This scene is set with a bench on stage right. Prince Danilo enters from stage left and dances a brief solo before being joined by two can-can girls. Four more girls soon join, dancing around him and then with him. Unfulfilled by their charms, Danilo runs off; they exit as well. Immediately afterwards, six couples enter stage and dance pas de deux (it is unclear whether the women are meant to be nymphs or attendees from the ball). Danilo then enters alone, taking repose on the bench as the dancing couples exit and a couple in the back (perhaps Jolidon and the Baroness Popoff) begins a pas de deux of their own. 

Danilo only awakens as they exit; he then sees four nymphs standing posed, with their hands covering their eyes. He checks all four (but none are Sonia) and they exit, after which Sonia as a nymph (Vilia) enters and catches his attention. Danilo reaches for her while she dances her solo, and she eventually comes to his spot on the bench and initiates a pas de deux. Vilia eventually exits, and when Danilo awakens from his dream, she is of course gone. He dances alone and returns to his bench, only to be rejoiend by the can-can girls. Eventually, the Baron, Baroness, Count, and several others intervene, sending the girls away and forcing Danilo to confront the real Sonia. She is able to explain that it was really the Baroness with Jolidon, so the two are reconciled and surrounded by other happy couples. The two dance a loving final waltz, soon joined by the other couples, including the Baron and Baroness (and the Count). All end the waltz while spinning in place; the dancers then break character and the video goes black. It ends several seconds later.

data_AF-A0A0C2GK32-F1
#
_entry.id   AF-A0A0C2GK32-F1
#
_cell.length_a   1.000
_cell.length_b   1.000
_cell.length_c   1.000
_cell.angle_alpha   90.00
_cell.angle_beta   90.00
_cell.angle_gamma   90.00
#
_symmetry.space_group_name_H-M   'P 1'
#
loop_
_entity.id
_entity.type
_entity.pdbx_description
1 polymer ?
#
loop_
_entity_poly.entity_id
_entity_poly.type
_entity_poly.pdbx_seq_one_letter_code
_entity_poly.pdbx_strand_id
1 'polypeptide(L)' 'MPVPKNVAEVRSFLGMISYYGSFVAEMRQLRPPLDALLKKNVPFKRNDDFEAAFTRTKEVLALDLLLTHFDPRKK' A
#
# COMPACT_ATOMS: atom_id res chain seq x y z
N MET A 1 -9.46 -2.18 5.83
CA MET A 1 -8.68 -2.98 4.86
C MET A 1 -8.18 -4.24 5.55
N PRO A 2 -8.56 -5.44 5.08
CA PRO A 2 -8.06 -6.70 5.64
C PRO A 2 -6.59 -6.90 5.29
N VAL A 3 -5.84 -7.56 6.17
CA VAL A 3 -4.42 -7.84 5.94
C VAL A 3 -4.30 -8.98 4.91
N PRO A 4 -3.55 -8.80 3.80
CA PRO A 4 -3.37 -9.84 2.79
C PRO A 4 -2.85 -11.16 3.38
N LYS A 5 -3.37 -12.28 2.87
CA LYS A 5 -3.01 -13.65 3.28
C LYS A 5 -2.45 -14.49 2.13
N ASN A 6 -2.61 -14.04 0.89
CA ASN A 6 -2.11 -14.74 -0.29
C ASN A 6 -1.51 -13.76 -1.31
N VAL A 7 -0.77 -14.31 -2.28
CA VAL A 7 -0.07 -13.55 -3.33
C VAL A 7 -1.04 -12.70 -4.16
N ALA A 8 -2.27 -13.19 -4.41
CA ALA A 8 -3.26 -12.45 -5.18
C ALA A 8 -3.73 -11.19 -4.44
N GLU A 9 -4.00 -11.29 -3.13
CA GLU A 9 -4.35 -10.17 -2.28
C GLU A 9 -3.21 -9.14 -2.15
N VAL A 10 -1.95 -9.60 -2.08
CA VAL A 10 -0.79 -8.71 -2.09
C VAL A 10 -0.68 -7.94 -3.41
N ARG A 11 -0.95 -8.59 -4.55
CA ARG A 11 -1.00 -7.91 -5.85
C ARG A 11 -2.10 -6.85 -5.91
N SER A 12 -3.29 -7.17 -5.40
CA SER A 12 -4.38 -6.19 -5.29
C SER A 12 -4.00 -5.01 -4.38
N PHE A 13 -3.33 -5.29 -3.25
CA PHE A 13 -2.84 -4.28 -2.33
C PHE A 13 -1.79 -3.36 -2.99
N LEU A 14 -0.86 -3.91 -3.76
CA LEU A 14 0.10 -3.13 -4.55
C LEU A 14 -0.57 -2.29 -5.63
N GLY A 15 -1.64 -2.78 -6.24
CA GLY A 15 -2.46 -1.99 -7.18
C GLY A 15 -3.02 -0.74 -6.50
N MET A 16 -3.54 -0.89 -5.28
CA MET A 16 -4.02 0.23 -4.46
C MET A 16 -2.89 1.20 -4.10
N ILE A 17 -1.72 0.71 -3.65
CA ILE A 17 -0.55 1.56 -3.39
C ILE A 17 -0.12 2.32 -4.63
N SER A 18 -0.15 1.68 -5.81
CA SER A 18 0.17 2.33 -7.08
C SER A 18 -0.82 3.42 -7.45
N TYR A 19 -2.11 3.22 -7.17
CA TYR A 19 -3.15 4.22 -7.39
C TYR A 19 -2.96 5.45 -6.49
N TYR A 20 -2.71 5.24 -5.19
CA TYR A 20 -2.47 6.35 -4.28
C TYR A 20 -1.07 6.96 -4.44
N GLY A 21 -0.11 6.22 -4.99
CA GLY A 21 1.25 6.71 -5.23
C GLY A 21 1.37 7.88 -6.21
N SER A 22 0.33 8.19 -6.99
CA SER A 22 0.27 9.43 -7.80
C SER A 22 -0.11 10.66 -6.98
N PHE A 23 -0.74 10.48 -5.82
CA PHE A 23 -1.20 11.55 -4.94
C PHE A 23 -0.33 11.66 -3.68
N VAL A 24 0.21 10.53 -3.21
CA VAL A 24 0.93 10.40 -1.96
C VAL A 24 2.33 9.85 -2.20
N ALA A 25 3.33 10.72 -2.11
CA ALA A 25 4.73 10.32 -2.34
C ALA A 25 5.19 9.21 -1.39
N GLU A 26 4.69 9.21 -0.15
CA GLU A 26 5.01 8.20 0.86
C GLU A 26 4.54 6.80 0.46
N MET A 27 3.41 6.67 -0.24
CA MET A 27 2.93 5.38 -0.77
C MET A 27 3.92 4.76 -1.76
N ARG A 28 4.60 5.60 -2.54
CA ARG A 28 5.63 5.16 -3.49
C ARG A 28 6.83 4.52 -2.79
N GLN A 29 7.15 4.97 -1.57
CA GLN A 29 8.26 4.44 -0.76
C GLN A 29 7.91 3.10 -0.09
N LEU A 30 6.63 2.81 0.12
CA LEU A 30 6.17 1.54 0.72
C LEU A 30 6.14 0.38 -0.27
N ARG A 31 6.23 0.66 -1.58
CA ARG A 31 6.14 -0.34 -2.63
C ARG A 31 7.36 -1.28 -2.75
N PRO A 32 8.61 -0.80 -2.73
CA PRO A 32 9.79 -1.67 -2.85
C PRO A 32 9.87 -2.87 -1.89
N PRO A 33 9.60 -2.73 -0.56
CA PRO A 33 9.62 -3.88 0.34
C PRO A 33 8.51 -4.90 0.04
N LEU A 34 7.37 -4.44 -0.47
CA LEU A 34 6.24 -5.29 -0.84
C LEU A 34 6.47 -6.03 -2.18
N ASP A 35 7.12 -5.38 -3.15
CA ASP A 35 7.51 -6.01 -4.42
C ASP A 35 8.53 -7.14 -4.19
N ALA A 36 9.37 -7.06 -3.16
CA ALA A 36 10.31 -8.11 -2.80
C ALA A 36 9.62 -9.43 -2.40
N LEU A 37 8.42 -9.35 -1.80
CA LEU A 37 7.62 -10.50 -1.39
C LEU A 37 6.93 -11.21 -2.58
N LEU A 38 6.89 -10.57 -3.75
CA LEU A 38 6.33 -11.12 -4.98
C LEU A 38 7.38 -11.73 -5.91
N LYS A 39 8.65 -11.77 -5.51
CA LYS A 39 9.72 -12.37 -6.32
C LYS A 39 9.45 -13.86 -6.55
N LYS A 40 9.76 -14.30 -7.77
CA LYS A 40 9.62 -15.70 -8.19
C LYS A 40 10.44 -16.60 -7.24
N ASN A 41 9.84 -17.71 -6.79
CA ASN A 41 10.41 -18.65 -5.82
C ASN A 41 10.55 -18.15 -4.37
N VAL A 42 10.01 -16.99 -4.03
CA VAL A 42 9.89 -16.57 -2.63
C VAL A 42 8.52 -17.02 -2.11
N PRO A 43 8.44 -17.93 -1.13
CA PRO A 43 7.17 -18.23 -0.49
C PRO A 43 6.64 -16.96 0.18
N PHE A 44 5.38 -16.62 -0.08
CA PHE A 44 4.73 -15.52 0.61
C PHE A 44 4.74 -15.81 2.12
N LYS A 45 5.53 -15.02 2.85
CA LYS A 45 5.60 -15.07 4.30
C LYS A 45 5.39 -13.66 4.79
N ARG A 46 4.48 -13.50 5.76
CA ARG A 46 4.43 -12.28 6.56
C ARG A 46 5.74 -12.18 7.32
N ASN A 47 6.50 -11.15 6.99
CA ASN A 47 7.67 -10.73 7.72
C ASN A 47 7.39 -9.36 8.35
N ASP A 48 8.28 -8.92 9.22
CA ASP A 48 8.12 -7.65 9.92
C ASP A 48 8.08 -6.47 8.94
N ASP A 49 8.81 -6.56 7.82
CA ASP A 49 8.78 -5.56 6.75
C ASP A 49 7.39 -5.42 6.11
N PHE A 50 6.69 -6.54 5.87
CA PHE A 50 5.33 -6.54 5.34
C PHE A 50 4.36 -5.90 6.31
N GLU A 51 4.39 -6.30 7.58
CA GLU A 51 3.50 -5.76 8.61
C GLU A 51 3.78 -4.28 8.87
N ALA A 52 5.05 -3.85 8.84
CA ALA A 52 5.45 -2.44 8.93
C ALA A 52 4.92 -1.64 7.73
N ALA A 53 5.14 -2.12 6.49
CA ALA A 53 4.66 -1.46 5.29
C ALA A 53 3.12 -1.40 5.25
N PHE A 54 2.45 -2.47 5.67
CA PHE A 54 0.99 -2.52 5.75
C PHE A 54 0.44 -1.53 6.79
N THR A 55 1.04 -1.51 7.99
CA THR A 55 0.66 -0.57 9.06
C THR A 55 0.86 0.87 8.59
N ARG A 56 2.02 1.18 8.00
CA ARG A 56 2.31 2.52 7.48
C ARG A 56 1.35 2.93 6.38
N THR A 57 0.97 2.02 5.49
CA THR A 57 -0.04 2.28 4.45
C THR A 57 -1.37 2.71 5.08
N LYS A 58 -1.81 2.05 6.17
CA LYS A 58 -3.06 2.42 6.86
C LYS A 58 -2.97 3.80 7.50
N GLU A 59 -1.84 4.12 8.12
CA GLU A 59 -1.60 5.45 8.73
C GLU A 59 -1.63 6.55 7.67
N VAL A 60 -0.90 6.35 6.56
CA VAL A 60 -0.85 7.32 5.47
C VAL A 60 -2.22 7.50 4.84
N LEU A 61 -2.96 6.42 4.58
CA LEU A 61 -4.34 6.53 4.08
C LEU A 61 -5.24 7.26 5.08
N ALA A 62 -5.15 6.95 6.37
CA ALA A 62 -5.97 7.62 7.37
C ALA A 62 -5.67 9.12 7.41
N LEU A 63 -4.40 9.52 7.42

Additional Credits
Page, Ruth (is choreographer)